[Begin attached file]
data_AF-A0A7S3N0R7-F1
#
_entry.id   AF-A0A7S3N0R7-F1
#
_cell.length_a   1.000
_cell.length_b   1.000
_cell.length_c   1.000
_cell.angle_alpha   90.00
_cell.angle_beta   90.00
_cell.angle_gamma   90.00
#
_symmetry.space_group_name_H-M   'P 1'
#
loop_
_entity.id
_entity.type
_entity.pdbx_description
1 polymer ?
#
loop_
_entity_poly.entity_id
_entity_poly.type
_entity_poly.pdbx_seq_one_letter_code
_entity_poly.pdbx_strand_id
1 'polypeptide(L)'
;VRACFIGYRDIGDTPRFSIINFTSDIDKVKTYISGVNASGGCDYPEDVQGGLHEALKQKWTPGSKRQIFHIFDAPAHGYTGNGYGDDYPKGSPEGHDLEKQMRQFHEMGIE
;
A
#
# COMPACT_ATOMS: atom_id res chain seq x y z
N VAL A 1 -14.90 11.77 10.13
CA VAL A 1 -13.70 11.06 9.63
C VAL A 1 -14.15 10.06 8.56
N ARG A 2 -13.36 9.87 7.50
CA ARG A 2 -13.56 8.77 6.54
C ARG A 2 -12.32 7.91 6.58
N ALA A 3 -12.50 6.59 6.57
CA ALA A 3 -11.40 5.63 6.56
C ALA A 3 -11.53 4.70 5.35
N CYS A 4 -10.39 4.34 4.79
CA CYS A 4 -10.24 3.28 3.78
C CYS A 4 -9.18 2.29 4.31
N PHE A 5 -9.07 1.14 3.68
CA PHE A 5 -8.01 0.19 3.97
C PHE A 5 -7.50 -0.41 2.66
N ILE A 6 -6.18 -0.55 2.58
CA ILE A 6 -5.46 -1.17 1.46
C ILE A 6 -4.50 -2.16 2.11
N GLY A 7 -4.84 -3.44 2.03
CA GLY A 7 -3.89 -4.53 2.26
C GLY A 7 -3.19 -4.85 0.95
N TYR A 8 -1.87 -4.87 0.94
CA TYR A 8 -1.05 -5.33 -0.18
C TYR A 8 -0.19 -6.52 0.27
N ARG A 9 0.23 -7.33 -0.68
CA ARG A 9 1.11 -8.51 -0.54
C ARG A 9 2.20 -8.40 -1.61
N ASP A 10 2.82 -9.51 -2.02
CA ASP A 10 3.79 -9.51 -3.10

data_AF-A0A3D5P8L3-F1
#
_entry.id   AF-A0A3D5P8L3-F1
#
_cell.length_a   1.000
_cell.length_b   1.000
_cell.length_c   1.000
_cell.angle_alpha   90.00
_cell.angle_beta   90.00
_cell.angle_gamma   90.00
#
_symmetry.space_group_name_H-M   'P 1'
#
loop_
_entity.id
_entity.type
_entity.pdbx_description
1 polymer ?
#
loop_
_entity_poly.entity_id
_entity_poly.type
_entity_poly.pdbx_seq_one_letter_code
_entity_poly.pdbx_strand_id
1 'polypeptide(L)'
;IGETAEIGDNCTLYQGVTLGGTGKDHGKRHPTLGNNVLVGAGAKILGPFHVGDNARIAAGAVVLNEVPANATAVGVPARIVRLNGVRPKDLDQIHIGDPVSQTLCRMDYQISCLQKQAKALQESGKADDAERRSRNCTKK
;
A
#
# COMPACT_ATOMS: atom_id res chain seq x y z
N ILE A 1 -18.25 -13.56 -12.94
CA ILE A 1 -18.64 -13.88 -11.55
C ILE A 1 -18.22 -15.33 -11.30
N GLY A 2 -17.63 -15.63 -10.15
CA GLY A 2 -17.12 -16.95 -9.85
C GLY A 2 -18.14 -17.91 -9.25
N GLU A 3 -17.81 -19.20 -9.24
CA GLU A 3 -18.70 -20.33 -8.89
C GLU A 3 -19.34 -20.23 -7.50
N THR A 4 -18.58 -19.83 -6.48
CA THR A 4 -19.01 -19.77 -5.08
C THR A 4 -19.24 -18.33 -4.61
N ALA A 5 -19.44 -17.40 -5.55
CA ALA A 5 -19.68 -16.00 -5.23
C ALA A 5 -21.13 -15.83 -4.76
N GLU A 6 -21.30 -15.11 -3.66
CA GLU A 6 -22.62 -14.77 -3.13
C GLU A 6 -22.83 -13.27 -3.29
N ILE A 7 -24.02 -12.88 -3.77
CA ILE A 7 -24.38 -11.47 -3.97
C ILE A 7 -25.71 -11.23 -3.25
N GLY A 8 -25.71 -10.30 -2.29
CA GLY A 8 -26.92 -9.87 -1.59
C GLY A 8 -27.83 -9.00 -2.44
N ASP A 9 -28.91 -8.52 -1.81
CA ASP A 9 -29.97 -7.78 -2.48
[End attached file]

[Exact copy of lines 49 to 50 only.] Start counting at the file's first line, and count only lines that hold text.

N GLY A 7 -4.84 -3.44 2.03
CA GLY A 7 -3.89 -4.53 2.26